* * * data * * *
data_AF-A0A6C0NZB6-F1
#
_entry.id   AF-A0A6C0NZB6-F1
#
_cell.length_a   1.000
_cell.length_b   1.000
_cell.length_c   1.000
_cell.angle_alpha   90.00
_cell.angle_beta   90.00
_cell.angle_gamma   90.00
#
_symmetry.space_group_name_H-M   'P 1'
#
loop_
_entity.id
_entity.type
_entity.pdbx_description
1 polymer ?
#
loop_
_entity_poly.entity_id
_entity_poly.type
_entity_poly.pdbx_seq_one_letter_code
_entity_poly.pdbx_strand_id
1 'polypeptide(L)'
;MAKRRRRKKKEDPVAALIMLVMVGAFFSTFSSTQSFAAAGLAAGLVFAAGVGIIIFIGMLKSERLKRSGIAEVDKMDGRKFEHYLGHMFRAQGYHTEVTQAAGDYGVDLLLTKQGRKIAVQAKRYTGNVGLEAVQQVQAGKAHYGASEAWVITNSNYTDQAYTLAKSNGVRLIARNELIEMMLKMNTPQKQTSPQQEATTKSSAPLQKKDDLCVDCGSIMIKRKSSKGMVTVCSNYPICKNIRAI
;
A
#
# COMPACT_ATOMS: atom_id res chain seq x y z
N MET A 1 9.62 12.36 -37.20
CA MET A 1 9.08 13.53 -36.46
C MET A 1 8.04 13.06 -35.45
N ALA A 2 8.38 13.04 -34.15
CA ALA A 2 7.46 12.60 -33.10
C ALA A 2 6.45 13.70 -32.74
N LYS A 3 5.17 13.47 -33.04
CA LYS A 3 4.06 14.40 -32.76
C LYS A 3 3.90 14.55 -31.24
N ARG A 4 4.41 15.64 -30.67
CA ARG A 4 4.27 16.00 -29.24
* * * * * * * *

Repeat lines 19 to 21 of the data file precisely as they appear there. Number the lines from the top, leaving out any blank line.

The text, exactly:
#
loop_
_entity_poly.entity_id